3.1. Preparation of [Ti(Lox)2]

A total of 44.2 mg (0.276 mmol) of TiOSO4·H2O with the ligand H4L (156 mg, 0.300 mmol) were dissolved in methanol (30 mL), and a base, Et3N (0.170 mL), was added. The reaction mixture turned slowly to turn dark green at room temperature and it was left to stand for 2 days. The reaction mixture was evaporated to dryness, washed with hexane and then filtered. The filtrate was evaporated and filtered through a silica plug using toluene as an eluent. The toluene filtrate was evaporated to dryness and the amount of dry product was 43.1 mg (yield 27%). [Ti(Lox)2] dissolves moderately in alcohols and acetonitrile, whereas it is readily soluble in diethyl ether, halogenated organic solvents and hydrocarbon solvents. X-ray diffraction quality crystals of [Ti(Lox)2]·CH3CN were obtained from acetonitrile solution with slow evaporation. IR: 2952 (s), 2922 (s), 2856 (s), 1597 (w), 1541 (w), 1462 (s), 1439 (s), 1379 (m), 1359 (m), 1322 (s), 1290 (w), 1256 (vs), 1193 (w), 1167 (vs), 1152 (s), 1131 (s), 1113 (vs), 1023 (m), 995 (m), 914 (m), 890 (m), 867 (m), 846 (m), 802 (m), 778 (w), 740 (vs), 667 (m), 644 (w), 633 (m), 598 (m), 585 (m), 569 (m), 539 (w), 508 (s), 481 (w) cm−1. 1H-NMR (CDCl3): δ 7.55 (dd, JHH = 3.30 and 7.39 Hz, 4H, Ph-H), 7.23 (d, JHH = 1.82 Hz, 4H, Ph-H), 6.98 (s, 4H, Ph-H), 6.95 (dd, JHH = 3.11 and 7.43 Hz, 4H, Ph-H), 1.22, 0.92 (2s, 72H, C(CH3)3), ppm. 13C-NMR (CDCl3): δ 166.91, 150.95, 140.23, 137.10, 130.21, 126.10, 124.25 (Ph-C) 34.41, 34.24 (C*(CH3)3), 31.37, 29.15 (C(C*H3)3) ppm. ESI(+)-MS: m/z 1073.62 ([M + H]+ calcd. m/z 1073.64). m.p. 270 °C (decomp., measured for [Ti(Lox)2]·CH3CN).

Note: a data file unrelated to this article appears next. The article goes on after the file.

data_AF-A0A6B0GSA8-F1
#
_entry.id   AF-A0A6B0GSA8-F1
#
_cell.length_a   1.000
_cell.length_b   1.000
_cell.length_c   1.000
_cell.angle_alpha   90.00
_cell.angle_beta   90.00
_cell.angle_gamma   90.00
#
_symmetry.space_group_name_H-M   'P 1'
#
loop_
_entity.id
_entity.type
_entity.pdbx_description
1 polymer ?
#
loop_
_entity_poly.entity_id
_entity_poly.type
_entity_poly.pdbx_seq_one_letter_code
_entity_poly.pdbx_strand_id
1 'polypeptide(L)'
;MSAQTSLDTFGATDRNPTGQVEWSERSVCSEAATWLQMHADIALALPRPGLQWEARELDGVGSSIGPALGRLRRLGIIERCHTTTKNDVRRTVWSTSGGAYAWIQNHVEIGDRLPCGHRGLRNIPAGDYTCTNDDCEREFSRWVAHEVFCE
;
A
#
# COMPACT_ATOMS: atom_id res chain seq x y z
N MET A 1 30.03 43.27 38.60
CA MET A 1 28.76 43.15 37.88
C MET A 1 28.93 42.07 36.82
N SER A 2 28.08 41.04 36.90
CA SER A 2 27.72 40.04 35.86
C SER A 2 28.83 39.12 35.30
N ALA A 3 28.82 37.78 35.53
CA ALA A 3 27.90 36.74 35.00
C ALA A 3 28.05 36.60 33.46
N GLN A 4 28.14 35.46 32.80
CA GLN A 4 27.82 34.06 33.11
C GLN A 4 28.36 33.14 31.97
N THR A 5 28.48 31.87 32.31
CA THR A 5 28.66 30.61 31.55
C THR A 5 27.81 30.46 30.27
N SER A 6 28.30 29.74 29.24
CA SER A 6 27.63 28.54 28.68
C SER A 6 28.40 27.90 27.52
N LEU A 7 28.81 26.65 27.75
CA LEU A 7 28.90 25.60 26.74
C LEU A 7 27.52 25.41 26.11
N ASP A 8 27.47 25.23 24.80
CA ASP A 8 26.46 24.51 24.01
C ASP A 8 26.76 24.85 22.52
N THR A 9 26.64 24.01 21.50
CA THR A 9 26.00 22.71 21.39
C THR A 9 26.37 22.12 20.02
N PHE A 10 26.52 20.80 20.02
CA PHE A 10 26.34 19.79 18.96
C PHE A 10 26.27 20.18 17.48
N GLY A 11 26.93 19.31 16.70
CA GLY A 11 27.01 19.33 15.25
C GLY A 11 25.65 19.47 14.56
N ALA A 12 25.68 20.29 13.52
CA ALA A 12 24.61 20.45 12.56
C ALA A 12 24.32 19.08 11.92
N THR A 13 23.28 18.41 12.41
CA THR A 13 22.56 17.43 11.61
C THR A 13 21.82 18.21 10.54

3.2. Preparation of [Zr(Lox)2]

Methanol solution (20 mL) of ZrOCl2·8 H2O (104 mg, 0.323 mmol) was introduced to the solid ligand H4L (144 mg, 0.279 mmol) and Et3N (0.160 mL). The reaction mixture gradually changed its color from neutral to very intense blue. The closed reaction vessel was left to stand overnight at room temperature to obtain large, X-ray diffraction quality single crystals of [Zr(Lox)2]. The crystals were isolated by filtration and washed with methanol to obtain 69.6 mg (44%) of solid product. [Zr(L)2] is insoluble in alcohols and acetonitrile, but soluble in diethyl ether, halogenated organic solvents and hydrocarbon solvents. IR: 2953 (s), 2905 (s), 2868 (s), 1531 (s), 1461 (s), 1439 (s), 1398 (m), 1385 (m), 1360 (s), 1320 (m), 1289 (m), 1251 (vs), 1192 (s), 1163 (vs), 1148 (s), 1129 (vs), 1113 (vs), 1023 (m), 992 (w), 982 (w), 913 (w), 893 (m), 868 (w), 849 (m), 816 (m), 780 (w), 739 (s), 661 (m), 644 (m), 632 (m), 597 (m), 582 (m), 565 (m), 538 (w), 504 (s) cm−1. 1H-NMR (CDCl3): δ 7.57 (dd, JHH = 3.18 and 7.45 Hz, 4H, Ph-H), 7.28 (d, JHH = 1.89 Hz, 4H, Ph-H), 7.00 (s, 4H, Ph-H), 6.97 (dd JHH = 3.13 and 7.33 Hz, 4H, Ph-H), 1.23, 0.91 ppm (2s, 72H, C(CH3)3) 13C NMR (CDCl3): δ 167.11, 152.02, 140.62, 130.51, 124.48, 115.66 (Ph-C), 34.49, 34.39 (C*(CH3)3), 31.30, 29.04 (C(C*H3)3), ppm. ESI(+)-MS: m/z 1115.62 ([M + H]+ calcd. m/z 1115.59). ESI(+)-MS: m/z 1137.60 ([M + Na]+ calcd. m/z 1137.58). ESI(+)-MS: m/z 1153.57 ([M + K]+ calcd. m/z 1153.55). m.p. 340 °C (decomp.).

3.3. Preparation of [V(Lsq1)(HLox)]

A total of 152 mg (0.294 mmol) of H4L was added into a methanol solution (8 mL) which contained 79.4 mg (0.314 mmol) of [VOSO4·5H2O] and 50 µL of NEt3. The reaction mixture turned dark purple quite swiftly and the reaction was left to run in a closed vessel for 3 days at room temperature. The reaction mixture was evaporated to dryness and the product was separated by silica column chromatography using diethyl ether as eluent. The yield was 106 mg (67%). The isolated solid dissolves in alcohols and acetonitrile to some extent, while halogenated organic solvents, diethyl ether and hydrocarbon solvents dissolve the complex with ease. X-ray diffraction quality single crystals were obtained directly from the MeOH reaction mixture. IR: 2951 (s), 2904 (s), 2867 (s), 1582 (w), 1446 (s), 1415 (m), 1391 (m), 1360 (s), 1334 (m), 1249 (vs), 1196 (s), 1160 (s), 1136 (s), 1112 (s), 1025 (m), 989 (m), 911 (m), 862 (w), 821 (w), 770 (w), 740 (s), 665 (m), 647 (m), 602 (w), 586 (w), 545 (m), 506 (m), 463 (m), cm−1. 1H-NMR (CDCl3): δ 1.53, 1.50, 1.29, 1.01 ppm (4s, 72H, C(CH3)3). ESI(+)-MS: m/z 1077.65 ([M]+ calcd. m/z 1076.63). ESI(+)-MS: m/z 1099.65 ([M + Na]+ calcd. m/z 1099.62). ESI(+)-MS: m/z 1115.61 ([M + K]+ calcd. m/z 1115.60). ESI(−)-MS: m/z 1077.64 ([M] calcd. m/z 1076.63). m.p. 250 °C (decomp.). Evans method, µeff = 0.66 µB.

3.4. Preparation of [Ni(HLox)2]